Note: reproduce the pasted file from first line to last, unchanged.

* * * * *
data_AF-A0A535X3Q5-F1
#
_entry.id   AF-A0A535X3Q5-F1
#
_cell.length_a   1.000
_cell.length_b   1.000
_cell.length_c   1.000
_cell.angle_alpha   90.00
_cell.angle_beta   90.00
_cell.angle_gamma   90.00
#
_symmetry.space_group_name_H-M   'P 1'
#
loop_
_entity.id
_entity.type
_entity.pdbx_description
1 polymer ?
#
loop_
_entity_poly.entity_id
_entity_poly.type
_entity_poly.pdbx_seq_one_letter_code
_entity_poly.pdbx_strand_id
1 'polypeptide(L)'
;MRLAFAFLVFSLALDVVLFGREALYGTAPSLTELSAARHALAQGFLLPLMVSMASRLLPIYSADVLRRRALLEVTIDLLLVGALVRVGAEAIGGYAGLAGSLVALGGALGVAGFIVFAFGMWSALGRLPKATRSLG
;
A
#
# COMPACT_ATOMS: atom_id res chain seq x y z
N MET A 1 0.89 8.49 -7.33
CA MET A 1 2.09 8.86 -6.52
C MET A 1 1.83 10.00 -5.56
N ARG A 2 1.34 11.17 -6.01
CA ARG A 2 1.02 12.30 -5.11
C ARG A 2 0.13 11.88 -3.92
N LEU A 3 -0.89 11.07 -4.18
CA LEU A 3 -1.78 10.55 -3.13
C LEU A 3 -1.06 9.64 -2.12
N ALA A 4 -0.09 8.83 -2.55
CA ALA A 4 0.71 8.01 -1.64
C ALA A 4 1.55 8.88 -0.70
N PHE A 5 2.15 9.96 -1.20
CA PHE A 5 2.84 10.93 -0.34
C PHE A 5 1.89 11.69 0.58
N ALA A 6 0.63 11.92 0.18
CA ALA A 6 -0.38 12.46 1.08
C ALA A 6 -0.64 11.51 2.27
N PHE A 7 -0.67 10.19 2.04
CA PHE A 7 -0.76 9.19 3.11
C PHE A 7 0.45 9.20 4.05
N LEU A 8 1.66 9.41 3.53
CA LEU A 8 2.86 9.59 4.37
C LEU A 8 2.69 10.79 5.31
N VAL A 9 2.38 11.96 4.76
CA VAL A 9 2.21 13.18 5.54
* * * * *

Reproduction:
data_AF-A0A535X3Q5-F1
#
_entry.id   AF-A0A535X3Q5-F1
#
_cell.length_a   1.000
_cell.length_b   1.000
_cell.length_c   1.000
_cell.angle_alpha   90.00
_cell.angle_beta   90.00
_cell.angle_gamma   90.00
#
_symmetry.space_group_name_H-M   'P 1'
#
loop_
_entity.id
_entity.type
_entity.pdbx_description
1 polymer ?
#
loop_
_entity_poly.entity_id
_entity_poly.type
_entity_poly.pdbx_seq_one_letter_code
_entity_poly.pdbx_strand_id
1 'polypeptide(L)'
;MRLAFAFLVFSLALDVVLFGREALYGTAPSLTELSAARHALAQGFLLPLMVSMASRLLPIYSADVLRRRALLEVTIDLLLVGALVRVGAEAIGGYAGLAGSLVALGGALGVAGFIVFAFGMWSALGRLPKATRSLG
;
A
#
# COMPACT_ATOMS: atom_id res chain seq x y z
N MET A 1 0.89 8.49 -7.33
CA MET A 1 2.09 8.86 -6.52
C MET A 1 1.83 10.00 -5.56
N ARG A 2 1.34 11.17 -6.01
CA ARG A 2 1.02 12.30 -5.11
C ARG A 2 0.13 11.88 -3.92
N LEU A 3 -0.89 11.07 -4.18
CA LEU A 3 -1.78 10.55 -3.13
C LEU A 3 -1.06 9.64 -2.12
N ALA A 4 -0.09 8.83 -2.55
CA ALA A 4 0.71 8.01 -1.64
C ALA A 4 1.55 8.88 -0.70
N PHE A 5 2.15 9.96 -1.20
CA PHE A 5 2.84 10.93 -0.34
C PHE A 5 1.89 11.69 0.58
N ALA A 6 0.63 11.92 0.18
CA ALA A 6 -0.38 12.46 1.08
C ALA A 6 -0.64 11.51 2.27
N PHE A 7 -0.67 10.19 2.04
CA PHE A 7 -0.76 9.19 3.11
C PHE A 7 0.45 9.20 4.05
N LEU A 8 1.66 9.41 3.53
CA LEU A 8 2.86 9.59 4.37
C LEU A 8 2.69 10.79 5.31
N VAL A 9 2.38 11.96 4.76
CA VAL A 9 2.21 13.18 5.54